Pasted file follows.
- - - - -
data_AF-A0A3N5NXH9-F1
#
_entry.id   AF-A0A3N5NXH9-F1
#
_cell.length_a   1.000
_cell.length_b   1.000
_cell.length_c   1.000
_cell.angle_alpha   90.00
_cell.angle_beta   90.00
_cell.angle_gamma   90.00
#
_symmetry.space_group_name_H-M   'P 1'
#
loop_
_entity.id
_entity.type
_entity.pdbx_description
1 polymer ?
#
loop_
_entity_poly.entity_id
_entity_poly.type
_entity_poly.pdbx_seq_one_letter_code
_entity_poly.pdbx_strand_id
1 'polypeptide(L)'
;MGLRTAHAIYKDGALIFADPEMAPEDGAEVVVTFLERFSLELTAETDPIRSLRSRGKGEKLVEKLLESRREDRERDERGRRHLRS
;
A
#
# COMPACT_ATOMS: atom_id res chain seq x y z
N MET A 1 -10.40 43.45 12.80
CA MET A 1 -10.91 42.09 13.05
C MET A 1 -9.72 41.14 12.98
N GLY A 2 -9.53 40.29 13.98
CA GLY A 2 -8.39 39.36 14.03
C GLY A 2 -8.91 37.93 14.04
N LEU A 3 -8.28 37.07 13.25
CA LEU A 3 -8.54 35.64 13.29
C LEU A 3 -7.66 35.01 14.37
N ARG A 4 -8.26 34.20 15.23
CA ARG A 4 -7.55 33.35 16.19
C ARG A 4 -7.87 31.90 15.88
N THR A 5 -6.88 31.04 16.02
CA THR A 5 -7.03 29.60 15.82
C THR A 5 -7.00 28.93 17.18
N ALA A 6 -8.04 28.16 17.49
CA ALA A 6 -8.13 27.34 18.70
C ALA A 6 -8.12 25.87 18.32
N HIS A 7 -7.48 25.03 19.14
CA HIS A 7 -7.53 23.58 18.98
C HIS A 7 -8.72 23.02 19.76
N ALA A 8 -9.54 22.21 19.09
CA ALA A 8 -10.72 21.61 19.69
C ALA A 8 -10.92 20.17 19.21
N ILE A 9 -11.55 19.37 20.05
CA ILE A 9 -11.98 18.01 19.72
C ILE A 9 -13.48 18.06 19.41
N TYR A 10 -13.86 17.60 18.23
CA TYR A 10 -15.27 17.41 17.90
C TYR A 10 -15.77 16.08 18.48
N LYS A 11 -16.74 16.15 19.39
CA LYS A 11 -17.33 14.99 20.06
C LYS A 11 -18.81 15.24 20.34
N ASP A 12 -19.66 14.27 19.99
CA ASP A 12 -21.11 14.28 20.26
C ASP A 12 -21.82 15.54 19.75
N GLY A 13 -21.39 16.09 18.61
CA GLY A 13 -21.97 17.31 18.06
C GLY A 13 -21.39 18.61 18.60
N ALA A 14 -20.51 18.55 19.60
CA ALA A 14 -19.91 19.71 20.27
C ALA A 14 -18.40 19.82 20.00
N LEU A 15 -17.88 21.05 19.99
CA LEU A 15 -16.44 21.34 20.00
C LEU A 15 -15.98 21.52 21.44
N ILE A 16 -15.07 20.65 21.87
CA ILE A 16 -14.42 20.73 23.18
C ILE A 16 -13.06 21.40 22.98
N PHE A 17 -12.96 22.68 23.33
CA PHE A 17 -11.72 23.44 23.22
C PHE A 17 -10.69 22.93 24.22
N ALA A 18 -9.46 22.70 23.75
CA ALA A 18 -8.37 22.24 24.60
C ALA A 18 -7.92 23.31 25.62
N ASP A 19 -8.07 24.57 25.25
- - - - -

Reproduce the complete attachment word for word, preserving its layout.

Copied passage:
data_AF-A0A3N5NXH9-F1
#
_entry.id   AF-A0A3N5NXH9-F1
#
_cell.length_a   1.000
_cell.length_b   1.000
_cell.length_c   1.000
_cell.angle_alpha   90.00
_cell.angle_beta   90.00
_cell.angle_gamma   90.00
#
_symmetry.space_group_name_H-M   'P 1'
#
loop_
_entity.id
_entity.type
_entity.pdbx_description
1 polymer ?
#
loop_
_entity_poly.entity_id
_entity_poly.type
_entity_poly.pdbx_seq_one_letter_code
_entity_poly.pdbx_strand_id
1 'polypeptide(L)'
;MGLRTAHAIYKDGALIFADPEMAPEDGAEVVVTFLERFSLELTAETDPIRSLRSRGKGEKLVEKLLESRREDRERDERGRRHLRS
;
A
#
# COMPACT_ATOMS: atom_id res chain seq x y z
N MET A 1 -10.40 43.45 12.80
CA MET A 1 -10.91 42.09 13.05
C MET A 1 -9.72 41.14 12.98
N GLY A 2 -9.53 40.29 13.98
CA GLY A 2 -8.39 39.36 14.03
C GLY A 2 -8.91 37.93 14.04
N LEU A 3 -8.28 37.07 13.25
CA LEU A 3 -8.54 35.64 13.29
C LEU A 3 -7.66 35.01 14.37
N ARG A 4 -8.26 34.20 15.23
CA ARG A 4 -7.55 33.35 16.19
C ARG A 4 -7.87 31.90 15.88
N THR A 5 -6.88 31.04 16.02
CA THR A 5 -7.03 29.60 15.82
C THR A 5 -7.00 28.93 17.18
N ALA A 6 -8.04 28.16 17.49
CA ALA A 6 -8.13 27.34 18.70
C ALA A 6 -8.12 25.87 18.32
N HIS A 7 -7.48 25.03 19.14
CA HIS A 7 -7.53 23.58 18.98
C HIS A 7 -8.72 23.02 19.76
N ALA A 8 -9.54 22.21 19.09
CA ALA A 8 -10.72 21.61 19.69
C ALA A 8 -10.92 20.17 19.21
N ILE A 9 -11.55 19.37 20.05
CA ILE A 9 -11.98 18.01 19.72
C ILE A 9 -13.48 18.06 19.41
N TYR A 10 -13.86 17.60 18.23
CA TYR A 10 -15.27 17.41 17.90
C TYR A 10 -15.77 16.08 18.48
N LYS A 11 -16.74 16.15 19.39
CA LYS A 11 -17.33 14.99 20.06
C LYS A 11 -18.81 15.24 20.34
N ASP A 12 -19.66 14.27 19.99
CA ASP A 12 -21.11 14.28 20.26
C ASP A 12 -21.82 15.54 19.75
N GLY A 13 -21.39 16.09 18.61
CA GLY A 13 -21.97 17.31 18.06
C GLY A 13 -21.39 18.61 18.60
N ALA A 14 -20.51 18.55 19.60
CA ALA A 14 -19.91 19.71 20.27
C ALA A 14 -18.40 19.82 20.00
N LEU A 15 -17.88 21.05 19.99
CA LEU A 15 -16.44 21.34 20.00
C LEU A 15 -15.98 21.52 21.44
N ILE A 16 -15.07 20.65 21.87
CA ILE A 16 -14.42 20.73 23.18
C ILE A 16 -13.06 21.40 22.98
N PHE A 17 -12.96 22.68 23.33
CA PHE A 17 -11.72 23.44 23.22
C PHE A 17 -10.69 22.93 24.22
N ALA A 18 -9.46 22.70 23.75
CA ALA A 18 -8.37 22.24 24.60
C ALA A 18 -7.92 23.31 25.62
N ASP A 19 -8.07 24.57 25.25